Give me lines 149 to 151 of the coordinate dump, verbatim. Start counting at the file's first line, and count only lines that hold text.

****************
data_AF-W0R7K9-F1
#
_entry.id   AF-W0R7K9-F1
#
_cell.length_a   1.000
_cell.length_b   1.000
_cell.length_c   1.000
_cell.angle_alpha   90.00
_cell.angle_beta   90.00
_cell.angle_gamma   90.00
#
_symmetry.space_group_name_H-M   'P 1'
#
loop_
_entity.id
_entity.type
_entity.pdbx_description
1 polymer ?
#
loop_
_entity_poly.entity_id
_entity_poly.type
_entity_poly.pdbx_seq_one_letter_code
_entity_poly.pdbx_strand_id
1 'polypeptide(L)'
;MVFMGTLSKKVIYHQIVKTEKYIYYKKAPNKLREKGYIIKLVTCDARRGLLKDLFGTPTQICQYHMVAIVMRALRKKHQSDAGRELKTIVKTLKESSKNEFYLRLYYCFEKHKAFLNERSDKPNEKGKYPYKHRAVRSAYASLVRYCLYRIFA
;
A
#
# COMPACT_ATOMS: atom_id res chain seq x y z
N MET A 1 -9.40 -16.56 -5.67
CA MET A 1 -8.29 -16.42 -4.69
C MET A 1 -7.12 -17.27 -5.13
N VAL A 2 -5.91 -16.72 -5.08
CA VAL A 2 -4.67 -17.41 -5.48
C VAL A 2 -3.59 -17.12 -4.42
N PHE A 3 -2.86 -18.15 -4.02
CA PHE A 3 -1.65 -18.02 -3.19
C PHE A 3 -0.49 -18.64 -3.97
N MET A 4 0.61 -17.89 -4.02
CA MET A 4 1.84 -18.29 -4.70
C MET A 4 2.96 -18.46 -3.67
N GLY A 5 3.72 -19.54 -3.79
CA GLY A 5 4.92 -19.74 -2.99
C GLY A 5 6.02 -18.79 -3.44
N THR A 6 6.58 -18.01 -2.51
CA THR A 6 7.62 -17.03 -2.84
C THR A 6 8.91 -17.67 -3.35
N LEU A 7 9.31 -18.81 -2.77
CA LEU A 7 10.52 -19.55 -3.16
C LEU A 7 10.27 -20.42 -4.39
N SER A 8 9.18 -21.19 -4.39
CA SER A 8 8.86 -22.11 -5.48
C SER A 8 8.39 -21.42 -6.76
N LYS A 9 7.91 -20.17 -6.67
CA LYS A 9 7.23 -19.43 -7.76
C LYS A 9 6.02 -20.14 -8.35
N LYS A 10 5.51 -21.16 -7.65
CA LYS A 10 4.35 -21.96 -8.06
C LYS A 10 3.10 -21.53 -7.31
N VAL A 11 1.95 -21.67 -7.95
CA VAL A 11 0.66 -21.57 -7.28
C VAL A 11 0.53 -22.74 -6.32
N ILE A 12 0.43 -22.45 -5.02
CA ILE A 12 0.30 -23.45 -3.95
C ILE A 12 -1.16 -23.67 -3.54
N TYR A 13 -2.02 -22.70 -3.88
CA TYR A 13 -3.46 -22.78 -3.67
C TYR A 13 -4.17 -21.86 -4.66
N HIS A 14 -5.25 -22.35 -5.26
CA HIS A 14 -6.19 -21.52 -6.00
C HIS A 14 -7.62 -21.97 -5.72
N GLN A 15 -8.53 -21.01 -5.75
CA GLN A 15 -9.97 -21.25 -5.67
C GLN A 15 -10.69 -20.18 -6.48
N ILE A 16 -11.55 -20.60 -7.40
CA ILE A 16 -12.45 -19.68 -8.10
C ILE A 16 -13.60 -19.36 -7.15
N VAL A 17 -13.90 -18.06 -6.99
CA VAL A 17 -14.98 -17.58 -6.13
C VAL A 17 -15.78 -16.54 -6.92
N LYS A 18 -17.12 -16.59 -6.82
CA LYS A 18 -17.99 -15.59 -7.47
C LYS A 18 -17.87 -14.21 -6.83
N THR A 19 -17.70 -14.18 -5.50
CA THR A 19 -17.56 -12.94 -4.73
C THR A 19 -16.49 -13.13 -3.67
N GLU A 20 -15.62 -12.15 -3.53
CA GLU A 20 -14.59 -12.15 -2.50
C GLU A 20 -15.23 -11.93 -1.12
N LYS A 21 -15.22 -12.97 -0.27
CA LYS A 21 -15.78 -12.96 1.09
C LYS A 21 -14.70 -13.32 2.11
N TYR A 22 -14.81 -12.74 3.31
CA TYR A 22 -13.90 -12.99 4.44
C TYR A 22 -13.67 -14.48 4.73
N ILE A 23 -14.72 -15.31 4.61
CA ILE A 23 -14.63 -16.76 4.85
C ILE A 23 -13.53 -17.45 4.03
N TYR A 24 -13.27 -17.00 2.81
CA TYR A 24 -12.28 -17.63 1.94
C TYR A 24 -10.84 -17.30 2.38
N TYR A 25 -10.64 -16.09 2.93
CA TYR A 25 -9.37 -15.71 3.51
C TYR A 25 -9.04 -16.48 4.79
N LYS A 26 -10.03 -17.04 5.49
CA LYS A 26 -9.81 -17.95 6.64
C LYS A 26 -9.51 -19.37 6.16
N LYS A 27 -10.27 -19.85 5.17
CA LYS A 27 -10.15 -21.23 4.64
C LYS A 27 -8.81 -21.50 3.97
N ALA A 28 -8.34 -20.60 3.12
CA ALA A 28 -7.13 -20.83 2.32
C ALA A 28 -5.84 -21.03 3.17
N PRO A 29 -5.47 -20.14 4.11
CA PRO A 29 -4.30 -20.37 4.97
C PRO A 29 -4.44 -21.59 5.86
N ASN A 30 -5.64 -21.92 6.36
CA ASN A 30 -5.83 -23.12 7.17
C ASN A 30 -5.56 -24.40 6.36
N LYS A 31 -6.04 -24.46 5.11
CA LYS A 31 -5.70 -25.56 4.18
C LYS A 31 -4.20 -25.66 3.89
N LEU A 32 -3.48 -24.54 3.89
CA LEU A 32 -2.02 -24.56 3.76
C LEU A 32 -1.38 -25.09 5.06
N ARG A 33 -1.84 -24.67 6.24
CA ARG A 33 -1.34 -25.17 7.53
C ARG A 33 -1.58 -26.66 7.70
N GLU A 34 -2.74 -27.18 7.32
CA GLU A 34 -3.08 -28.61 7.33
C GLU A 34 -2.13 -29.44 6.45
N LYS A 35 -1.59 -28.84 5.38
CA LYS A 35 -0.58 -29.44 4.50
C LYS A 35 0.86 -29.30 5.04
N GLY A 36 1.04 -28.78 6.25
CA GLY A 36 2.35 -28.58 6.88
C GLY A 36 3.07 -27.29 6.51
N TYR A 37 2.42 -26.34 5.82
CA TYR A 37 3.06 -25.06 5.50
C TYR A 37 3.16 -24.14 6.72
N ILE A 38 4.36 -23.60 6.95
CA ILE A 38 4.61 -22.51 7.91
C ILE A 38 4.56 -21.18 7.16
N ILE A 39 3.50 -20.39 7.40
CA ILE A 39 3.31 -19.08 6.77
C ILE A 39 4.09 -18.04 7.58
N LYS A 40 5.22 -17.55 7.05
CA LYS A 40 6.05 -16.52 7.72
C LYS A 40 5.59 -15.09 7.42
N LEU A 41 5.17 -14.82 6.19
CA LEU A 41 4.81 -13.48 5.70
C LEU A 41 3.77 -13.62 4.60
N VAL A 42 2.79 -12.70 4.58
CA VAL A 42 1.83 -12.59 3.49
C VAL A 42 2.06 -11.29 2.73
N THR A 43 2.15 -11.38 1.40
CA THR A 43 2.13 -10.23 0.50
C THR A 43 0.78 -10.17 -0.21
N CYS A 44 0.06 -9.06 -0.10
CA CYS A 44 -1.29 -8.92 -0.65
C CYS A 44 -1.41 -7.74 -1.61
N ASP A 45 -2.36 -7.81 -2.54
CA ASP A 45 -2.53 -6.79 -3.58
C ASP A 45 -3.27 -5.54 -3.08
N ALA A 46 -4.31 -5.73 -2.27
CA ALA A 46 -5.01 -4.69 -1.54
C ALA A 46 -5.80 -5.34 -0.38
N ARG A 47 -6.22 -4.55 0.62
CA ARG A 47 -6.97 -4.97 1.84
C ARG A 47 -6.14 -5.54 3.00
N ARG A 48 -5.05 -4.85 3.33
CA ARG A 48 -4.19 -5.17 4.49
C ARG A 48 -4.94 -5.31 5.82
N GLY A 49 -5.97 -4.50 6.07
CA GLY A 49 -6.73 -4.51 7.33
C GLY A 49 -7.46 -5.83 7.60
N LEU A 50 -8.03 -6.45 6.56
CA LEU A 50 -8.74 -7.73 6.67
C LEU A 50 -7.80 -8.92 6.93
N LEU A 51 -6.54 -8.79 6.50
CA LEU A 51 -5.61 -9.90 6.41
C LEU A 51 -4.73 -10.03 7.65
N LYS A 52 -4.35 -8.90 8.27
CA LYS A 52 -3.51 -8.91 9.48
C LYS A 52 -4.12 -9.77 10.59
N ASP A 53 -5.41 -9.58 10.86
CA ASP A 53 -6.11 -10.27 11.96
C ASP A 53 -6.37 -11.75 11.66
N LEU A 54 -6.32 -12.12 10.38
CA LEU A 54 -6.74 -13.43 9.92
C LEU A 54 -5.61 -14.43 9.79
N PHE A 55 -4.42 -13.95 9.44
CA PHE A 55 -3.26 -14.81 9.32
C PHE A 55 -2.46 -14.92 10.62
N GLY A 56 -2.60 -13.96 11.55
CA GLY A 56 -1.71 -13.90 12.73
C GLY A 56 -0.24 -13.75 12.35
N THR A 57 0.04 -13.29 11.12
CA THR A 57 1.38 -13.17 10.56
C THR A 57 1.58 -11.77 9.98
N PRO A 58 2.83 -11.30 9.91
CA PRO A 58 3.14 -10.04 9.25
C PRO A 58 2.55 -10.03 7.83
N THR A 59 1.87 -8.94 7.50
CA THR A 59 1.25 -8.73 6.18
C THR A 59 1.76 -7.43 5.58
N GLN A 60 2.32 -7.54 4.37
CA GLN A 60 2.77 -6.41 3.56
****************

CA LYS A 40 6.05 -16.52 7.72
C LYS A 40 5.59 -15.09 7.42
N LEU A 41 5.17 -14.82 6.19